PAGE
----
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Russia is making a show of leaving the International Criminal Court

by David Gilbert
Nov 16 2016, 11:48am

Vladimir Putin ordered on Wednesday that Russia withdraw its signature from the founding statue of the International Criminal Court. The move followed criticism from the court regarding the country’s annexation of Crimea, and called for an investigation into its airstrikes in Syria.

Russia’s withdrawal comes just weeks after three African countries — South Africa, Bruundi and the Gambia — signalled their intent to leave the ICC. While those withdrawals could have a significant impact on the court’s standing internationally, Russia’s withdrawal is more symbolic. While Russia signed the Rome statute in 2000, Moscow never ratified the treaty and so remained outside the jurisdiction of the ICC.

“The International Criminal Court has not justified hopes placed upon it and did not become a truly independent and authoritative judicial body,” a spokesperson for the Russian foreign ministry said.

The ICC’s function is to prosecute criminals when national courts are unwilling or unable to do so, though investigations can also be referred to it by individual countries and the United Nations Security Council. It prosecutes only the most serious offenses, including genocide, crimes against humanity, war crimes and crimes of aggression.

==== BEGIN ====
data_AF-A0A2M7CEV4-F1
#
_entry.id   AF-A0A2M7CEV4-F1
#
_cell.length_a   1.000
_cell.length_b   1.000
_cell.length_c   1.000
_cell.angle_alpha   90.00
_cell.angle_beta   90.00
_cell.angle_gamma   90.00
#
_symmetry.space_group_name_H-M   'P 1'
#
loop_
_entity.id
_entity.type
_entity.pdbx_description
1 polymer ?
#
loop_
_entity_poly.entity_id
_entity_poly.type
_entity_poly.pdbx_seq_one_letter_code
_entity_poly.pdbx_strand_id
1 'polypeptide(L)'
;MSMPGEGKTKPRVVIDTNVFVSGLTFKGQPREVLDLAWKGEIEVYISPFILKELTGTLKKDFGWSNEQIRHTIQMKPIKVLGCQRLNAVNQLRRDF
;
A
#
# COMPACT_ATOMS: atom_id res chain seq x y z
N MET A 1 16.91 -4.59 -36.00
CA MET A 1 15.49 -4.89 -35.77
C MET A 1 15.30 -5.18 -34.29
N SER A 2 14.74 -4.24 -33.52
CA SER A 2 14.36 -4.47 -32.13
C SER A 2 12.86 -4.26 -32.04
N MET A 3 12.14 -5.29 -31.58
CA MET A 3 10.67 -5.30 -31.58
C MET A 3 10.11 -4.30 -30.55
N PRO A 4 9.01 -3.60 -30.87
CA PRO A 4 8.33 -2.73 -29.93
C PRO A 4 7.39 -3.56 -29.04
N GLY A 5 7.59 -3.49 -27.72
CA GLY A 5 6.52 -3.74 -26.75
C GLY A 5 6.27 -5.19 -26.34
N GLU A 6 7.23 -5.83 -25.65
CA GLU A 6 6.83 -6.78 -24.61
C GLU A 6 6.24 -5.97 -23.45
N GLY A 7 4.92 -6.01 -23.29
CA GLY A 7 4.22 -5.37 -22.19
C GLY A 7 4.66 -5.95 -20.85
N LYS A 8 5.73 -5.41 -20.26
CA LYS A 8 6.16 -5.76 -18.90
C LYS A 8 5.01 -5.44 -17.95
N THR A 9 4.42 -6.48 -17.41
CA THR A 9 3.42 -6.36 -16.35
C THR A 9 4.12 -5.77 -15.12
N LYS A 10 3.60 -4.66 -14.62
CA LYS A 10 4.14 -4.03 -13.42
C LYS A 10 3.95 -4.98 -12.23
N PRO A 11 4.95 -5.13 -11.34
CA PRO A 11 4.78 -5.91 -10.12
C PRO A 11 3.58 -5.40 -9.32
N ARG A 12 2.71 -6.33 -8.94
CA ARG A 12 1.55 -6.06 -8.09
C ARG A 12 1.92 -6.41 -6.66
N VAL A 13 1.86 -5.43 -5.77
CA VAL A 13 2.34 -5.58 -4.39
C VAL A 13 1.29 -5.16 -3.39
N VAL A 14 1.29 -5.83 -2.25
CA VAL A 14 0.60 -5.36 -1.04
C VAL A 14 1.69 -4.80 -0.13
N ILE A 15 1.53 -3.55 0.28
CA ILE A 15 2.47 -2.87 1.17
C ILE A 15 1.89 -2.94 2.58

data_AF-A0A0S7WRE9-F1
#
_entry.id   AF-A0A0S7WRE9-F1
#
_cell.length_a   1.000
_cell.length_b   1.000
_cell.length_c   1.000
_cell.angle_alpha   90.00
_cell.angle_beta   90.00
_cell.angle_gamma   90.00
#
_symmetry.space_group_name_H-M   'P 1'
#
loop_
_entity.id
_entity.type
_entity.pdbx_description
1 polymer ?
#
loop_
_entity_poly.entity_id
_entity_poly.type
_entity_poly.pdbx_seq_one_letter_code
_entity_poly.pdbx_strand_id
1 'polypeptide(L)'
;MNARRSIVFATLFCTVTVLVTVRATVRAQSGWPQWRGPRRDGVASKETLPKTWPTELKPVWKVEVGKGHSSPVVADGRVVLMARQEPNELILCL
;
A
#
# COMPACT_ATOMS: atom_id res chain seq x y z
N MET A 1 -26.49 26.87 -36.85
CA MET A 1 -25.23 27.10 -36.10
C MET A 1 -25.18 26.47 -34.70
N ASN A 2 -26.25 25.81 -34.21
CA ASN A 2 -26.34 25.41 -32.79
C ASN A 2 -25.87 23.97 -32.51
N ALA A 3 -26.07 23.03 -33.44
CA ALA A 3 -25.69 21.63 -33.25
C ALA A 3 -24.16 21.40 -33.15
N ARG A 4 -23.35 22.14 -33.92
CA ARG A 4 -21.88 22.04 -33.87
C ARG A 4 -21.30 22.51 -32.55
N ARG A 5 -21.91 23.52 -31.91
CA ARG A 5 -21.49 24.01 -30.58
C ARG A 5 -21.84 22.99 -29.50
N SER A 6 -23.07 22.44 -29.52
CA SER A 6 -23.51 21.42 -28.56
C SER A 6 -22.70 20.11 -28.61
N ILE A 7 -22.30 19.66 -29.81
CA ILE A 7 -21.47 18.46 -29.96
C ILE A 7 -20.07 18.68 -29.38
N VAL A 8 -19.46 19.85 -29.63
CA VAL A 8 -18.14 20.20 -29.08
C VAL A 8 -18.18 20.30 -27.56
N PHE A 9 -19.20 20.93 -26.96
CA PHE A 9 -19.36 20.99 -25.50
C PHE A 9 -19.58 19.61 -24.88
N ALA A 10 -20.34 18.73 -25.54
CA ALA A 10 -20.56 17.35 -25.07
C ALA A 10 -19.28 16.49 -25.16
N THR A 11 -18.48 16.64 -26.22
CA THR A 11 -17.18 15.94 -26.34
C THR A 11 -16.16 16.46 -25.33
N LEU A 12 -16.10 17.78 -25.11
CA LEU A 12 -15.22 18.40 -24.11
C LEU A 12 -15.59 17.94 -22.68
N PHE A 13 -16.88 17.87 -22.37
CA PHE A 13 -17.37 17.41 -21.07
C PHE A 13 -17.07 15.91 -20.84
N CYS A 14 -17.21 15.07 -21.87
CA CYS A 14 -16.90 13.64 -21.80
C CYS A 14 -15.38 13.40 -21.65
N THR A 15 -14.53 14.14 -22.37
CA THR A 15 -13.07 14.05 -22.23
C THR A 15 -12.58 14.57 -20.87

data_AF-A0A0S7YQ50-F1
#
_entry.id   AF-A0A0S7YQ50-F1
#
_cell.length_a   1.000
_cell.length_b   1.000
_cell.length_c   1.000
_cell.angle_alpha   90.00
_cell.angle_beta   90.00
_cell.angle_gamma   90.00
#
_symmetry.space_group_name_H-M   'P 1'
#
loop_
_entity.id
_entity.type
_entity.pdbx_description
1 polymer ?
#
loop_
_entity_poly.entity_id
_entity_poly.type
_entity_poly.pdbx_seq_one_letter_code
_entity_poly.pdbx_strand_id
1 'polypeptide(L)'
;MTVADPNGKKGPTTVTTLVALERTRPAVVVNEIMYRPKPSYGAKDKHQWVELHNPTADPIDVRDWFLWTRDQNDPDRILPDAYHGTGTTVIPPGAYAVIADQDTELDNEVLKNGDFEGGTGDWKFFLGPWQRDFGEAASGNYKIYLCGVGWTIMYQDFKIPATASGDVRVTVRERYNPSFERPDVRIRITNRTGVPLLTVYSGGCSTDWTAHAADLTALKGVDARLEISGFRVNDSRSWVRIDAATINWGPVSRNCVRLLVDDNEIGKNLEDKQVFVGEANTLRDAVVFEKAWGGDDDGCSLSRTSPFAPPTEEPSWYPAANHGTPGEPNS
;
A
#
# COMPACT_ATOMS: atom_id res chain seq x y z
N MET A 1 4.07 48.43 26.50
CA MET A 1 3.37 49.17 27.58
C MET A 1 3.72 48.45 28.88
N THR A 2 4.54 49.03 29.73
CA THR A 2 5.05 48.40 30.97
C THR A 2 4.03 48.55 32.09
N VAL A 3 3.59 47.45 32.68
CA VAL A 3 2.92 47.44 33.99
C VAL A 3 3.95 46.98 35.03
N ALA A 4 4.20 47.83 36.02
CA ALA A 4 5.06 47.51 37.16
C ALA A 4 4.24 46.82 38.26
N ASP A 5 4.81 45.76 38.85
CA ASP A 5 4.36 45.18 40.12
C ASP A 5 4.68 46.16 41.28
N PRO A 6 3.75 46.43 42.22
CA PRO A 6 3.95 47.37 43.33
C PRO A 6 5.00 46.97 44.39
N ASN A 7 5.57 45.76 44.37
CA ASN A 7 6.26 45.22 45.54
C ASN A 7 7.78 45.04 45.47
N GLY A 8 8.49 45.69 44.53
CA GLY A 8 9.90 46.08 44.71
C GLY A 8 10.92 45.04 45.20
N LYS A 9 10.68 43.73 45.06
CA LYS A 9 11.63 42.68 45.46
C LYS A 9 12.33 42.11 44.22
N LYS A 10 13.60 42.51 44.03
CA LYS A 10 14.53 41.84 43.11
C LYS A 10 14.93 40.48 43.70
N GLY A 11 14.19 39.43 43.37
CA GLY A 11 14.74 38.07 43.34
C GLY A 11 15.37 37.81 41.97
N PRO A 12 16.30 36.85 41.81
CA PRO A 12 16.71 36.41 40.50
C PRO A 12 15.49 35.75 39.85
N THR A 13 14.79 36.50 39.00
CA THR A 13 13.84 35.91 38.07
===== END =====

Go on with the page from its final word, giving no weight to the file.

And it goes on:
Iran, Israel and Egypt are among 34 countries who signed the statute but never ratified it, making it hard for the court to bring any potential prosecutions there. Some countries, like India, China and Pakistan have not even signed the treaty. The U.S. has also stayed outside of ICC jurisdiction, as government officials fear any entry may lead to the prosecution of American soldiers.

The Russian withdrawal came just hours after the ICC published a preliminary report into the annexation of Crimea in 2014. The Kremlin claims Crimea voluntarily joined Russia following a referendum. The ICC report disagrees:

“According to information received, the situation in the Crimea and Sevastopol is equivalent to the international armed conflict between Ukraine and the Russian Federation,” ICC prosecutor Fatou Bensouda said in the report. “The Russian Federation employed members of its armed forces to gain control over parts of the territory of Ukraine without the consent of the government of Ukraine.”

Aside from the issue with Crimea, Russia is facing increasing international pressure over its part in the ongoing Syrian war, and in particular, for its air support in the bombing of rebel-held eastern Aleppo where hundreds of civilians have been killed in recent months.

French President Francois Hollande told French television station TMC last month that the bombing of Aleppo amounted to a war crime. “These are people who today are the victims of war crimes. Those that commit these acts will have to face up to their responsibility, including in the ICC.”